As b.gatessucks and bill s already wrote, Mathematica lists start at Index 1. However the index 0 is also allowed and gives the `Head`

of the expression. Now what does that mean?

Well, a list `{a,b,c}`

in Mathematica is internally an expression of the Form `List[a, b, c]`

. You can see that by applying `FullForm`

to it:

```
FullForm[{a, b, c}]
(*
==> List[a, b, c]
*)
```

Thhe part in front of the opening bracket, here `List`

, is called the head of the expression. And `testroots[[0]]`

is equivalent to `Head[testroots]`

which gives `List`

for a list. Which makes sense, given that in the complete expression, the `List`

precedes the elements.

However what about your expression `testroots[[0,0]]`

? It accesses the head of the head of your list. The head of your list is `List`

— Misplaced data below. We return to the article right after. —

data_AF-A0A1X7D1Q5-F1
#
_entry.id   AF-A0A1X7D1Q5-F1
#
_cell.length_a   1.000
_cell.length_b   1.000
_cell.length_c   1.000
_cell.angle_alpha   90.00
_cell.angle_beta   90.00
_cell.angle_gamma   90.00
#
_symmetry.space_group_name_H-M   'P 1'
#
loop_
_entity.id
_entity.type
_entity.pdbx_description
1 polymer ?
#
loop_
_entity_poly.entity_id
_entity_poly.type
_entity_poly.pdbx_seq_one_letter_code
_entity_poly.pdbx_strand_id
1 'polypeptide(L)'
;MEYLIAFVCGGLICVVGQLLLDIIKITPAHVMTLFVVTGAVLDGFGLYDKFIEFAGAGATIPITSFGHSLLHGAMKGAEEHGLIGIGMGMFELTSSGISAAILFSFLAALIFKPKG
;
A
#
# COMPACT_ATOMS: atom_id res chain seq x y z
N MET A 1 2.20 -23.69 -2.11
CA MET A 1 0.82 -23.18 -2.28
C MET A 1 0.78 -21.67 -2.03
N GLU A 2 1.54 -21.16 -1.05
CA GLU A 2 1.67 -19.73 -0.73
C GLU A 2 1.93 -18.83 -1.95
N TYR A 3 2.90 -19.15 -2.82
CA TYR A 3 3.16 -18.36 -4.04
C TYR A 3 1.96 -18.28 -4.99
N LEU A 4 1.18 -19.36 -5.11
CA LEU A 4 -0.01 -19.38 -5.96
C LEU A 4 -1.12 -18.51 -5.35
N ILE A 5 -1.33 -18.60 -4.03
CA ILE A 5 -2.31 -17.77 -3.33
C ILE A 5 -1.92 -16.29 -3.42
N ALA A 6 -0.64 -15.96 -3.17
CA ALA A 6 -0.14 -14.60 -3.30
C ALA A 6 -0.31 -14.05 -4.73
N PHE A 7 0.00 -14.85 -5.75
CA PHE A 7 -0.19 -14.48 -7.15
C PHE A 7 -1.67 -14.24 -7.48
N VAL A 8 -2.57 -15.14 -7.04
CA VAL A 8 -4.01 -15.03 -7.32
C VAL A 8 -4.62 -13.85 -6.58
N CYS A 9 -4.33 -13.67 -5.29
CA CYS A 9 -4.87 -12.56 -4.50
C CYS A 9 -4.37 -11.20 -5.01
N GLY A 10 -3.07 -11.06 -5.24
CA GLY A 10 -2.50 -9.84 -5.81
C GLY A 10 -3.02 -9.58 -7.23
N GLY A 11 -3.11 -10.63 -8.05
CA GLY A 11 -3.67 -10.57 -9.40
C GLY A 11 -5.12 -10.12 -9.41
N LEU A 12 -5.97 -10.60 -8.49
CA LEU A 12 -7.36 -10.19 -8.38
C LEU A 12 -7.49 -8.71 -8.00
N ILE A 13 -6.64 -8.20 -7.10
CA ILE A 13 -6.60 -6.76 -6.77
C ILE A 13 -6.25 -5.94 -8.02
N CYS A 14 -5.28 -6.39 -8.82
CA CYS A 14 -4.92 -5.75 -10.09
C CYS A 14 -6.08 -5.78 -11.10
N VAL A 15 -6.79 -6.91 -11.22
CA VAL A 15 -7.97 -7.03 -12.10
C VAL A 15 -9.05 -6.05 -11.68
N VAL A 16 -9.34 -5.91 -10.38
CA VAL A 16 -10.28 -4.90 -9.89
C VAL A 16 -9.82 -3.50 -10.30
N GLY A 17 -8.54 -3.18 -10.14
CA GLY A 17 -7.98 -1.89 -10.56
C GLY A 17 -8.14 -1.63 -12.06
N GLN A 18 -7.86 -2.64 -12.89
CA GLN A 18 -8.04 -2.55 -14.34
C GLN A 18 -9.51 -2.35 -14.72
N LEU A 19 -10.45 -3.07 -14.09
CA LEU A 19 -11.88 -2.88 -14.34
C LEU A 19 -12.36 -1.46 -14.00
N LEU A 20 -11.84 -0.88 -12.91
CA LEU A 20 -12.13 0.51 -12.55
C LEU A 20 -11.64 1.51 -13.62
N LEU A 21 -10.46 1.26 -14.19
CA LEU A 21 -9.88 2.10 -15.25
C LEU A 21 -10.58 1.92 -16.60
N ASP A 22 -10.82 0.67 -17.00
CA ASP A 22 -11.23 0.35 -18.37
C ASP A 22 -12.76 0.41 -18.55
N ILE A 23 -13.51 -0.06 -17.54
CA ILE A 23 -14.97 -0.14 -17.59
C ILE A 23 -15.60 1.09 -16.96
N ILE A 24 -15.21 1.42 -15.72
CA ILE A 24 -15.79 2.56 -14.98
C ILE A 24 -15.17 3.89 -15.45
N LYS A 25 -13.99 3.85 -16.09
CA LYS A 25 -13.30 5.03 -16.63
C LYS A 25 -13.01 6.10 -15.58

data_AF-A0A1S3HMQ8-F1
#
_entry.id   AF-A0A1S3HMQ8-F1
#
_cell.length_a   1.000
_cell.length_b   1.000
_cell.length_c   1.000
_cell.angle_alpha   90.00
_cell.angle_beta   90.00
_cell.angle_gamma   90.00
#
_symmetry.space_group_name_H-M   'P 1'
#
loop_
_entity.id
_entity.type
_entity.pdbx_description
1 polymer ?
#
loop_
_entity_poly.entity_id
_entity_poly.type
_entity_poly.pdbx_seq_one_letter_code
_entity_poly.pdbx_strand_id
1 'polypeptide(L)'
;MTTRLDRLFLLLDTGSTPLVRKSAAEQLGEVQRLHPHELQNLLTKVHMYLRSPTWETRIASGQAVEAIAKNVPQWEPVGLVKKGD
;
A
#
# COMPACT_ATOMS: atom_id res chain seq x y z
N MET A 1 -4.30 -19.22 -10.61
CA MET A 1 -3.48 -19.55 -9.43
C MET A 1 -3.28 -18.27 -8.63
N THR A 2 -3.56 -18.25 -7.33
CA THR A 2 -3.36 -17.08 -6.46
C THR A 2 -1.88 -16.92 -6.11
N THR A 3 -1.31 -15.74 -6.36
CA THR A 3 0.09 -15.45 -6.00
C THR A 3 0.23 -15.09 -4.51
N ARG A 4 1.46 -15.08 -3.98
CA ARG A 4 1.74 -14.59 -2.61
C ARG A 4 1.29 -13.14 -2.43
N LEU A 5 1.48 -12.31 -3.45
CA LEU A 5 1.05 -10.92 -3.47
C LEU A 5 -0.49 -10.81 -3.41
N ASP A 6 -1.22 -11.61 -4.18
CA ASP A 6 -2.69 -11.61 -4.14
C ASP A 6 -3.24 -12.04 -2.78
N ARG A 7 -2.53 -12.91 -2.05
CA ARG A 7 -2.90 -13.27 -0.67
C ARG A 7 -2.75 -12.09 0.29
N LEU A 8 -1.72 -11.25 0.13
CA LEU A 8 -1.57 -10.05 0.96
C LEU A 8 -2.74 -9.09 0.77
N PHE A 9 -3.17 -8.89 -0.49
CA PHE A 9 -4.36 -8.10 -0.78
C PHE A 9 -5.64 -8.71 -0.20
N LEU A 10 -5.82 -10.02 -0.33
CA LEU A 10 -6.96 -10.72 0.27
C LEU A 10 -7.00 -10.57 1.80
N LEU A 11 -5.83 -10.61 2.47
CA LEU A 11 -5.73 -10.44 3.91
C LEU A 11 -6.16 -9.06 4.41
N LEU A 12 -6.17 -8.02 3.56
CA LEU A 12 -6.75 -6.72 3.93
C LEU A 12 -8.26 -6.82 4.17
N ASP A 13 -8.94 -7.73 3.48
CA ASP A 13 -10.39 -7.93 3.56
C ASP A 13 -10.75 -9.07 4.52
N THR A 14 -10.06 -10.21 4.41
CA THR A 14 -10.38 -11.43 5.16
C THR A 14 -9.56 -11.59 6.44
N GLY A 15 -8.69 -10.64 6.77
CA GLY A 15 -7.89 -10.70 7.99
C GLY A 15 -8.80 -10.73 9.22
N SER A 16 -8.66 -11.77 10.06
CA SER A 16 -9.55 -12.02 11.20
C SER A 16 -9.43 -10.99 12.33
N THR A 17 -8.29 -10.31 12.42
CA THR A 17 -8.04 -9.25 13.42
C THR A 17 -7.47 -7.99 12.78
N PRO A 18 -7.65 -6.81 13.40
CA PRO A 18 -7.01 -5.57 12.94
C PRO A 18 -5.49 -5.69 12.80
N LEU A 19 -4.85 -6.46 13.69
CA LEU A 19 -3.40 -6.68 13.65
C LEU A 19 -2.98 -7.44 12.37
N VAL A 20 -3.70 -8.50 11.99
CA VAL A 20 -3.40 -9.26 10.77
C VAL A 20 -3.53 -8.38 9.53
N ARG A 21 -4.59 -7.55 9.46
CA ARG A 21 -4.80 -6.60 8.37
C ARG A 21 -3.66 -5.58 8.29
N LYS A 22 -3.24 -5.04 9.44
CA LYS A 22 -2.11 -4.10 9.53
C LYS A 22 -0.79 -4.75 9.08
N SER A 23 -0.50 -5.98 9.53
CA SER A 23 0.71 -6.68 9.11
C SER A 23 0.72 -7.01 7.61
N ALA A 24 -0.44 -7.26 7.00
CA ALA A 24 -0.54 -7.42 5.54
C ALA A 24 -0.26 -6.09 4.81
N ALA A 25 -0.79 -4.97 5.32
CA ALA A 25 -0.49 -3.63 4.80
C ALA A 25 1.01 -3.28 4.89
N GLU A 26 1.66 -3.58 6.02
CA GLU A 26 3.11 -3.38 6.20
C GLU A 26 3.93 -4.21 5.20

. But what is the head of `List`

? After all, it doesn't have the form `Head[arg1, arg2, ...]`

.

For atomic expressions, Mathematica gives a symbol describing the *type* of the atom. For example `Head[1]`

is `Integer`

, `Head["Hello"]`

is `String`

and `Head[foo]`

is `Symbol`

(assuming `foo`

has not been assigned to). Note that the head of an expression of the above form also can be considered the type of the expression. The type of a list is `List`

, and the type of `a+b`

, full form `Plus[a, b]`

is `Plus`

, that is, a sum.

Now `List`

is a symbol, and therefore `Head[List]`

is `Symbol`

. Therefore for any list, like your `testroots`

, `testroots[[0,0]]`

will evaluate to `Symbol`

.

To get the first element of the first element of the list, use `testroots[[1,1]]`

.

`testroots[[1,1]]`

. – b.gatessucks Oct 5 '12 at 19:44